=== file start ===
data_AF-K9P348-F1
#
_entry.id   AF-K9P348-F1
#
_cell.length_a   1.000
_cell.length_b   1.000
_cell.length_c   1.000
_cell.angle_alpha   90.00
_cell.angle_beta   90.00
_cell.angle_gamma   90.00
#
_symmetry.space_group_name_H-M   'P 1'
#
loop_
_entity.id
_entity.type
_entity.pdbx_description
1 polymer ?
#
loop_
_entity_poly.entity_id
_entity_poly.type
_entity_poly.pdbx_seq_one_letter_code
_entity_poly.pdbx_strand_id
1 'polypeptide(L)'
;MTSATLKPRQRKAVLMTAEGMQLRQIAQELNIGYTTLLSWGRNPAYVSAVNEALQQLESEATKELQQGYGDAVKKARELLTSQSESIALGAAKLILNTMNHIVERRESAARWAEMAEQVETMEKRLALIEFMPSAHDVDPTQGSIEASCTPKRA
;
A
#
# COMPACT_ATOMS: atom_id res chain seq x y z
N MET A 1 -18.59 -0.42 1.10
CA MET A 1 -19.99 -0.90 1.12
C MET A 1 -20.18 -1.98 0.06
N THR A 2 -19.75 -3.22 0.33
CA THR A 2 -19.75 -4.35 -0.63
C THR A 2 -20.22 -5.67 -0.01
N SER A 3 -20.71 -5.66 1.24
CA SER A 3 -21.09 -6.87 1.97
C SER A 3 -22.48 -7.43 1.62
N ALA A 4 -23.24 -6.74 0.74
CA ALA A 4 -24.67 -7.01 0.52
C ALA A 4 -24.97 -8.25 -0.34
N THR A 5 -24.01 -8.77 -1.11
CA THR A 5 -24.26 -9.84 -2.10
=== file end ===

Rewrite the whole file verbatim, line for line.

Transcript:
data_AF-K9P348-F1
#
_entry.id   AF-K9P348-F1
#
_cell.length_a   1.000
_cell.length_b   1.000
_cell.length_c   1.000
_cell.angle_alpha   90.00
_cell.angle_beta   90.00
_cell.angle_gamma   90.00
#
_symmetry.space_group_name_H-M   'P 1'
#
loop_
_entity.id
_entity.type
_entity.pdbx_description
1 polymer ?
#
loop_
_entity_poly.entity_id
_entity_poly.type
_entity_poly.pdbx_seq_one_letter_code
_entity_poly.pdbx_strand_id
1 'polypeptide(L)'
;MTSATLKPRQRKAVLMTAEGMQLRQIAQELNIGYTTLLSWGRNPAYVSAVNEALQQLESEATKELQQGYGDAVKKARELLTSQSESIALGAAKLILNTMNHIVERRESAARWAEMAEQVETMEKRLALIEFMPSAHDVDPTQGSIEASCTPKRA
;
A
#
# COMPACT_ATOMS: atom_id res chain seq x y z
N MET A 1 -18.59 -0.42 1.10
CA MET A 1 -19.99 -0.90 1.12
C MET A 1 -20.18 -1.98 0.06
N THR A 2 -19.75 -3.22 0.33
CA THR A 2 -19.75 -4.35 -0.63
C THR A 2 -20.22 -5.67 -0.01
N SER A 3 -20.71 -5.66 1.24
CA SER A 3 -21.09 -6.87 1.97
C SER A 3 -22.48 -7.43 1.62
N ALA A 4 -23.24 -6.74 0.74
CA ALA A 4 -24.67 -7.01 0.52
C ALA A 4 -24.97 -8.25 -0.34
N THR A 5 -24.01 -8.77 -1.11
CA THR A 5 -24.26 -9.84 -2.10